Extract from Issue#15 of Teaching Tuesdays@CSU
All issues of Teaching Tuesdays can be accessed through the folder at this link
By Christina Moore and Daniel Arnold
Source: Faculty Focus
Cognitive feedback, both formative and summative, can provide information on how well students are learning their course and subject material. However, this brief article considers how “affective feedback” can provide information to explain why student learning may or may not be happening.
They argue that emotional indicators can explain why some students perform or attend poorly in response to subject content or activities. Further, while many opportunities are developed for cognitive feedback, often there are limited strategies incorporated for collecting or acting on affective feedback.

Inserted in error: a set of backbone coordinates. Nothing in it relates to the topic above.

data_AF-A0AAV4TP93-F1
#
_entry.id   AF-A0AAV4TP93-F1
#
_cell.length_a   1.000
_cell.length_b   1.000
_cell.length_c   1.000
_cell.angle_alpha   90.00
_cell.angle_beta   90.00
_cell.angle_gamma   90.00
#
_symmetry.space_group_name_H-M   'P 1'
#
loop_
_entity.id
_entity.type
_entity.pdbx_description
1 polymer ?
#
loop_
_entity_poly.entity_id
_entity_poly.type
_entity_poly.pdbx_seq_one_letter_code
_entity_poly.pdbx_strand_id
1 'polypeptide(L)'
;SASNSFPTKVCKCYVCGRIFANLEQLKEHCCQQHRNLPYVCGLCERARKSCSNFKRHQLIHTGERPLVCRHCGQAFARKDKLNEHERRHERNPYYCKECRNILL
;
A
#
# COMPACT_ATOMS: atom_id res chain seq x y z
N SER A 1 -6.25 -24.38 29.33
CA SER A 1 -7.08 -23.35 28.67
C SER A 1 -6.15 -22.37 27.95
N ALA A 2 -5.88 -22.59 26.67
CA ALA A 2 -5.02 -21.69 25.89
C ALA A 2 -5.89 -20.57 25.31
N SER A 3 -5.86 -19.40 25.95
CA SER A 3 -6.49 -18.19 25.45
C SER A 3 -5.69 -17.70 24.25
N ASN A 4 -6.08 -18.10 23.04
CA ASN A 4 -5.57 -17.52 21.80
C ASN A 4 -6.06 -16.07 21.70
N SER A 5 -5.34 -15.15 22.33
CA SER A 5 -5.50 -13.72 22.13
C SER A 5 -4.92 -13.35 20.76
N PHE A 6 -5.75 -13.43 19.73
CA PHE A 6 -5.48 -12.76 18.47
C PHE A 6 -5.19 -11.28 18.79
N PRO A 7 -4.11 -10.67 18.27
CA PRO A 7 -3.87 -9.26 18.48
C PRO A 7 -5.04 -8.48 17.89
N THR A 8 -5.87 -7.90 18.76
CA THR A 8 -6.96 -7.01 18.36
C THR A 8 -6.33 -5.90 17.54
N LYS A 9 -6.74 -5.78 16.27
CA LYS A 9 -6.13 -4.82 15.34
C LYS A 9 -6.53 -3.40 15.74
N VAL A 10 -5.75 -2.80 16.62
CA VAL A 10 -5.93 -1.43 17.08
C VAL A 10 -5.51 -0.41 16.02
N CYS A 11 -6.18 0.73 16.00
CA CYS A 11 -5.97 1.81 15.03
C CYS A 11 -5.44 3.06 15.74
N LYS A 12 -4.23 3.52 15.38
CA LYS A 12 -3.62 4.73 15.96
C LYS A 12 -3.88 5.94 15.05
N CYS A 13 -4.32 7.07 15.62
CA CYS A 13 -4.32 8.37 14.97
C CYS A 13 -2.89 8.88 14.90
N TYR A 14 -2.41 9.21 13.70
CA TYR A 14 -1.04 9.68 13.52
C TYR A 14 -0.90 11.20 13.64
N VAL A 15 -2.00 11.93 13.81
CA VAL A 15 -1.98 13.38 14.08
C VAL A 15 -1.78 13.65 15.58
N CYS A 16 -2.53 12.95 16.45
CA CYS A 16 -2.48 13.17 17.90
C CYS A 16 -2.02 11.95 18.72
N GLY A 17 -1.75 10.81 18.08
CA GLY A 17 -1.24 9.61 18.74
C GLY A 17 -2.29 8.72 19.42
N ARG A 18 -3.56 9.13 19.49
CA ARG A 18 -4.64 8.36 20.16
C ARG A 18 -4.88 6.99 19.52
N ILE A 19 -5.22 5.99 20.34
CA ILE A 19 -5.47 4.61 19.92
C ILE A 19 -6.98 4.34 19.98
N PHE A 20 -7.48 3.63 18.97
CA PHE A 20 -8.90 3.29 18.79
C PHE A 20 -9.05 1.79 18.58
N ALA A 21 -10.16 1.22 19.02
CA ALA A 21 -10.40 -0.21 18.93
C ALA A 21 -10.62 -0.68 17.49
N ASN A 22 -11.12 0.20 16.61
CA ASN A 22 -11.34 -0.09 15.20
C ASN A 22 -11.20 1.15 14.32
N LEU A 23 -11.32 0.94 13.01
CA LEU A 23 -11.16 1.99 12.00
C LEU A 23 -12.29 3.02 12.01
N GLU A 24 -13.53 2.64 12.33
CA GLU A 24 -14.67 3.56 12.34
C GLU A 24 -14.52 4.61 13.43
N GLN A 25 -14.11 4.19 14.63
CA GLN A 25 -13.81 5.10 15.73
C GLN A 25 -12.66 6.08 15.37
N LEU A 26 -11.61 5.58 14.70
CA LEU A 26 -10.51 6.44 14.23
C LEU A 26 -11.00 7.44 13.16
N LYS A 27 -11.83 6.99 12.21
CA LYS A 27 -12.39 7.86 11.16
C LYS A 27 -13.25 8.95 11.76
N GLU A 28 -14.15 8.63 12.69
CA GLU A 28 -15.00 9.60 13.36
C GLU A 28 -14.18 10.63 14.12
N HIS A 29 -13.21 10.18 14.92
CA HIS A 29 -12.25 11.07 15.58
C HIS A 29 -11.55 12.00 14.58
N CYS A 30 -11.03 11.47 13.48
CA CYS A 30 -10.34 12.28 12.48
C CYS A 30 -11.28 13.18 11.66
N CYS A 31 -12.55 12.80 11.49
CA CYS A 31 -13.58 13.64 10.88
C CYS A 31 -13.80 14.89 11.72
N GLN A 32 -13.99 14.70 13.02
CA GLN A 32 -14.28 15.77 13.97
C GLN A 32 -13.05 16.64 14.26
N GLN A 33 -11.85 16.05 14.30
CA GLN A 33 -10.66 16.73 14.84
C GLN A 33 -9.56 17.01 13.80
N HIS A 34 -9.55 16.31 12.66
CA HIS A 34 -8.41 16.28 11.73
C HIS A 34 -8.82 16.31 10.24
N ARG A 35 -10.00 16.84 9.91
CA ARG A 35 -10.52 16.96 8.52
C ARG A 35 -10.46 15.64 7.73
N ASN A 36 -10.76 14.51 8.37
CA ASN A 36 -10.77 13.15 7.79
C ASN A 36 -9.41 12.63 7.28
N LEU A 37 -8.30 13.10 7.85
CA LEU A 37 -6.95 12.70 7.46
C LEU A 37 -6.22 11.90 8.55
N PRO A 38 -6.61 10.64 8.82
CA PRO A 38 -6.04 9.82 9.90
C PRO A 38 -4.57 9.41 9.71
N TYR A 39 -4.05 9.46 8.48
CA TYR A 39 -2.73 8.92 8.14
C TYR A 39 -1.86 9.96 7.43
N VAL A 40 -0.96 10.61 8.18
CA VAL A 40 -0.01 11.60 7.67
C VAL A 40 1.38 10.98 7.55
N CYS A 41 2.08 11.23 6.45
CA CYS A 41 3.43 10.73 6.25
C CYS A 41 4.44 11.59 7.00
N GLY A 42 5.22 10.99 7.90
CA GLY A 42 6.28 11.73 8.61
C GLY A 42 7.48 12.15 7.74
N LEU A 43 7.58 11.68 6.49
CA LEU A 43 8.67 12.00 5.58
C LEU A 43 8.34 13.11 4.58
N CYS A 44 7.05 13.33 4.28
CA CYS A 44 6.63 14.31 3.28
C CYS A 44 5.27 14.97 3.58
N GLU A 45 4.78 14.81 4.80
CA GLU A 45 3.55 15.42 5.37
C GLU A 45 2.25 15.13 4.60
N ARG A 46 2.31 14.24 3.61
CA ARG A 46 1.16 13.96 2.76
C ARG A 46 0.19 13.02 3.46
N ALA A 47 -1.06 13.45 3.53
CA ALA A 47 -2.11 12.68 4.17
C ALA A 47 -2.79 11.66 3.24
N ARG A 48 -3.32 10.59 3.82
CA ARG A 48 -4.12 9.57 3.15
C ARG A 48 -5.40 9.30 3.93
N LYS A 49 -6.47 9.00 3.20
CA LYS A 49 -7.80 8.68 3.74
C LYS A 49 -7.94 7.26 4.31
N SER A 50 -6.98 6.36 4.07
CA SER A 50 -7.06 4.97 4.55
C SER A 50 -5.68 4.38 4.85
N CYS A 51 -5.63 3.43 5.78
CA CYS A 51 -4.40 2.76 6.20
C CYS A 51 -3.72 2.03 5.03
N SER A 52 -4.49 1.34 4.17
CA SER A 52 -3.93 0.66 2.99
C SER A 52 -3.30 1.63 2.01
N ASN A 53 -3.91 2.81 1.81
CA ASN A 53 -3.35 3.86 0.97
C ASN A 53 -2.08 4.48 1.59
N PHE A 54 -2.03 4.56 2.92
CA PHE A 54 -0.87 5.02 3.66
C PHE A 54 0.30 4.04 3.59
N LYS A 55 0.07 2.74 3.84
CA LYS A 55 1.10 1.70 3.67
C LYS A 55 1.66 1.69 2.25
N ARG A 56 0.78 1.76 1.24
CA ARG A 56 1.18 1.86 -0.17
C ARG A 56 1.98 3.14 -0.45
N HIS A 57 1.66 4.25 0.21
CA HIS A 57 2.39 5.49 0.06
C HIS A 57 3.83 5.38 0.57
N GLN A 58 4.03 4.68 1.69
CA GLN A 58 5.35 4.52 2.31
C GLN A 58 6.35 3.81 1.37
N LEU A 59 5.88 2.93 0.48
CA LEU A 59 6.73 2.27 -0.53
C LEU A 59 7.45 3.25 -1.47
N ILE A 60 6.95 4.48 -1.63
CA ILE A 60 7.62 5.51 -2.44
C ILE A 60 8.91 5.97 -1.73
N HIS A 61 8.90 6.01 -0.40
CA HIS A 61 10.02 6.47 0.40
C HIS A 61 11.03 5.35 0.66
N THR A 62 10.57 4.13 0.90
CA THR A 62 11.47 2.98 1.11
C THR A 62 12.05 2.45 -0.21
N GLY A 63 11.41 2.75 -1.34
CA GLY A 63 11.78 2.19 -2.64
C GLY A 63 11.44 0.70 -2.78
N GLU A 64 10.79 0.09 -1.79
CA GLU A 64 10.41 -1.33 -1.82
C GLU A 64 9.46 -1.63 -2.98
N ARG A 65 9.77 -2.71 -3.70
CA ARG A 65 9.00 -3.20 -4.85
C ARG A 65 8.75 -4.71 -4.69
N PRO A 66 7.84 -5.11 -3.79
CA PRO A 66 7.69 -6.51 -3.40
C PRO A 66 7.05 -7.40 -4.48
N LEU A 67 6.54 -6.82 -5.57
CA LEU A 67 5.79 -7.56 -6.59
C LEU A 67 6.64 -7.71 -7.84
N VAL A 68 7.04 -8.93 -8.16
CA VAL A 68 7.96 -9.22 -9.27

This article provides current references for further examination and suggests some strategies for collecting and working with affective feedback to promote student success, including:
- a weekly social forum
- survey at the beginning of a session
- progress report journal (mandatory)
- Help! Line
- reflection activities
- using technology affordances for feedback in large classes.